Does providing more services increase the primary hospitals’ revenue? An assessment of national essential medicine policy based on 2,675 counties in China
Jay Pan (),
Xiaosong Li and
PLOS ONE, 2018, vol. 13, issue 1, 1-16
Objective: To understand whether the increased outpatient service provision (OSP) brings in enough additional income (excluding income from essential medicine) for primary hospitals (INCOME) to compensate for reduced costs of medicine. Methods: The two outcomes, annual OSP and INCOME for the period of 2008–2012, were collected from 34,506 primary hospitals in 2,675 counties in 31 provinces in China by the national surveillance system. The data had a four-level hierarchical structure; time points were nested within primary hospital, hospitals within county, and counties within province. We fitted bivariate five-level random effects regression models to examine correlations between OSP and INCOME in terms of their mean values and dose-response effects of the essential medicine policy (EMP). We adjusted for the effects of time period and selected hospital resources. Findings: The estimated correlation coefficients between the two outcomes’ mean values were strongly positive among provinces (r = 0.910), moderately positive among counties (r = 0.380), and none among hospitals (r = 0.002) and time (r = 0.007). The correlation between their policy effects was weakly positive among provinces (r = 0.234), but none at the county and hospital levels. However, there were markedly negative correlation coefficients between the mean and policy effects at -0.328 for OSP and -0.541 for INCOME at the hospital level. Conclusion: There was no evidence to suggest an association between the two outcomes in terms of their mean values and dose-response effects of EMP at the hospital level. This indicated that increased OSP did not bring enough additional INCOME. Sustainable mechanisms to compensate primary hospitals are needed.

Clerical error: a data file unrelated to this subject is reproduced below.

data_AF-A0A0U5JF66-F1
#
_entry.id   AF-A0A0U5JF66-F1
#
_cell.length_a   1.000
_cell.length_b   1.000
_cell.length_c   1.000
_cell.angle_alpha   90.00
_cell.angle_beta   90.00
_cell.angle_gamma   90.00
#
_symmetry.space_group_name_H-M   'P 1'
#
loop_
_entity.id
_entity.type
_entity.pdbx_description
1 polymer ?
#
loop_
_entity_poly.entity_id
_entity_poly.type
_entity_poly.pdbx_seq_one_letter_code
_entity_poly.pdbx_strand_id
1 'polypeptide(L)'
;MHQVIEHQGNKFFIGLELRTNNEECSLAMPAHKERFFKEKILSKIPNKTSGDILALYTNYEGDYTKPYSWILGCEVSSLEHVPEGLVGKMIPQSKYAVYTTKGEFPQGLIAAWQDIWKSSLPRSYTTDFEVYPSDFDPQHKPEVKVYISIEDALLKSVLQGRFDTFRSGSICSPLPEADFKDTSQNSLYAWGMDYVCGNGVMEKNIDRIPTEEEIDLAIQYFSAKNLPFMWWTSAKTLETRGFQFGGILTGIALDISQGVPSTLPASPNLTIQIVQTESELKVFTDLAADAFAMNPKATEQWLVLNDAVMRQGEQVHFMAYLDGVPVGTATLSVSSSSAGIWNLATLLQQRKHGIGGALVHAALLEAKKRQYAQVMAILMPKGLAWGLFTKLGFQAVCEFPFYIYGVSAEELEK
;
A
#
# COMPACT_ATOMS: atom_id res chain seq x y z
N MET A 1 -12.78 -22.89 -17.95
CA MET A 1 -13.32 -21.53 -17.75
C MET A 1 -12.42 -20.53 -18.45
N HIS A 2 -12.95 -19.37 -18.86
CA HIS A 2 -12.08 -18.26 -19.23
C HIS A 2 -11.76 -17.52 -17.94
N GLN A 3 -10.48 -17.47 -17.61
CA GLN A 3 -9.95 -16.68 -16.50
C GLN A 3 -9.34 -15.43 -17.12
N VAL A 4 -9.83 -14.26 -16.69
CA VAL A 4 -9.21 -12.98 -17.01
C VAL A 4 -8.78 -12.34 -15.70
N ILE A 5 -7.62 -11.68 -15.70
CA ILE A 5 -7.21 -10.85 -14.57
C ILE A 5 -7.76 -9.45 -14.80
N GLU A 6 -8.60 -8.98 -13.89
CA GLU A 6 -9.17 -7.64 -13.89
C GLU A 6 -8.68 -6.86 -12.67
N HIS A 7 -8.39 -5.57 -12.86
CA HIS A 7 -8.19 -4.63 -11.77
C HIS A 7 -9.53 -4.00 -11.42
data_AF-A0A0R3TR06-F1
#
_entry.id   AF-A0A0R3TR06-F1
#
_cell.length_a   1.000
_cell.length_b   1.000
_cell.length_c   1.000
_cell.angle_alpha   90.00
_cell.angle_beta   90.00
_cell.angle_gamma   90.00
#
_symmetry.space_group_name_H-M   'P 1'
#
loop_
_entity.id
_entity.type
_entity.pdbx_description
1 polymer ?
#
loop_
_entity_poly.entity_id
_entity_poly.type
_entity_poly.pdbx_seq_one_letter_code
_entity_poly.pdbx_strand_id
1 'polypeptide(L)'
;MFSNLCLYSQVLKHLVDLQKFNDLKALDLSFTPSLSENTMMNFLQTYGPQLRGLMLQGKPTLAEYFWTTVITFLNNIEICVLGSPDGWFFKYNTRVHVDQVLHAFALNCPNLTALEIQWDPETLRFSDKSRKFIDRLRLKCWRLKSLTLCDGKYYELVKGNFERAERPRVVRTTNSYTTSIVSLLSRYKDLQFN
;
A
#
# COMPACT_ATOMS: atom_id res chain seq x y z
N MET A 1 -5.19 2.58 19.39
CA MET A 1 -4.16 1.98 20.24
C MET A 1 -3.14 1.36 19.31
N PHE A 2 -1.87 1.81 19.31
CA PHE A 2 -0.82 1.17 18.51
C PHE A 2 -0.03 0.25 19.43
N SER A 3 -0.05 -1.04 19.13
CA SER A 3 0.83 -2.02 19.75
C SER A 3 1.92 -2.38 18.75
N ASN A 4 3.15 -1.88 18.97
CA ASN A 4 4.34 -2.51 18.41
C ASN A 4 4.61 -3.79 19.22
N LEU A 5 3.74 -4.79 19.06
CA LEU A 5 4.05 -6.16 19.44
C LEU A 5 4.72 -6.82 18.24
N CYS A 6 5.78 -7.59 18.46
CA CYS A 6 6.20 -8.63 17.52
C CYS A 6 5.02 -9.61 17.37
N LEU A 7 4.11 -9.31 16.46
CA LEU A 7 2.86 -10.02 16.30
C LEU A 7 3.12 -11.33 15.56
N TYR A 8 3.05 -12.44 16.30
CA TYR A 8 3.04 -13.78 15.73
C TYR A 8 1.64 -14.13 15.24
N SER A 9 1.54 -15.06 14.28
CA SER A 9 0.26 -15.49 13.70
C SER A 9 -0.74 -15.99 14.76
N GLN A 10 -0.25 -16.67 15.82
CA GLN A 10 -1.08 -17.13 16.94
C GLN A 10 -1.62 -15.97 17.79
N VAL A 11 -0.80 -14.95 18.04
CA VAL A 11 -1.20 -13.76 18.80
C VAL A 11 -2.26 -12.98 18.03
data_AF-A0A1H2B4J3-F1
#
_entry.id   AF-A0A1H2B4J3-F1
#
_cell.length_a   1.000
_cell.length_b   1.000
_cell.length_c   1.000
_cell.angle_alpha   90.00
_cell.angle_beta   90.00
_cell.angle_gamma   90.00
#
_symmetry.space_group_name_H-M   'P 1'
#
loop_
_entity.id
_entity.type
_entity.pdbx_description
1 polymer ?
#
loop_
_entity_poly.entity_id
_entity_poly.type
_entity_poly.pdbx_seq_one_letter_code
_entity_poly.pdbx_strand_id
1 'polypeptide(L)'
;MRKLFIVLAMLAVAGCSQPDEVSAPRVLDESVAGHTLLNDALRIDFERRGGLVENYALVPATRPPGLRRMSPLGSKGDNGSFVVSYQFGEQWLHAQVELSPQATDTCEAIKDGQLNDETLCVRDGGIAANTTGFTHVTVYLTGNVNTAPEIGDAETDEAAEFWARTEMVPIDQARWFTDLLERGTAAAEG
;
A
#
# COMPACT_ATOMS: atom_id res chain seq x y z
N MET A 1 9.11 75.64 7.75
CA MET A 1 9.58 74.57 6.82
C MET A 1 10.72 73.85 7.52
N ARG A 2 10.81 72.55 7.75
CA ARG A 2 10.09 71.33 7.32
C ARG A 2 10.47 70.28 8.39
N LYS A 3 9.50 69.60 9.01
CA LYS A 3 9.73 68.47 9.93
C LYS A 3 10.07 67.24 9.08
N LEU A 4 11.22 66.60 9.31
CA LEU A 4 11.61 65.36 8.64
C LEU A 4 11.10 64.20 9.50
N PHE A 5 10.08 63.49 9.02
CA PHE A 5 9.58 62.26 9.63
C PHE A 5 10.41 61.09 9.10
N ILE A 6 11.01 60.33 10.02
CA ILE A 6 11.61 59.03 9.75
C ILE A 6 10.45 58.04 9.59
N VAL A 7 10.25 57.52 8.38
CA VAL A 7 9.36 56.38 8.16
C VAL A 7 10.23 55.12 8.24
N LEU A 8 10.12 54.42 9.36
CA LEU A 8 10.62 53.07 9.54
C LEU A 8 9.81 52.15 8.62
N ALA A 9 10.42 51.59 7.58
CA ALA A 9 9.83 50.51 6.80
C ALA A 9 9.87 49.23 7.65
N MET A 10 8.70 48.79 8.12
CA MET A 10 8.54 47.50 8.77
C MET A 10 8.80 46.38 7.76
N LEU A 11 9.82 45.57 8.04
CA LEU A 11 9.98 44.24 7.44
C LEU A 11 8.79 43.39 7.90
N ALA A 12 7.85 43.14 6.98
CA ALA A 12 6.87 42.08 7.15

References: View references in EconPapers View complete reference list from CitEc
Citations: Track citations by RSS feed
Downloads: (external link)
https://journals.plos.org/plosone/article/file?id= ... 90855&type=printable (application/pdf)
This item may be available elsewhere in EconPapers: Search for items with the same title.
Export reference: BibTeX
RIS (EndNote, ProCite, RefMan)
Persistent link: https://EconPapers.repec.org/RePEc:plo:pone00:0190855
Access Statistics for this article
More articles in PLOS ONE from Public Library of Science
Bibliographic data for series maintained by plosone ().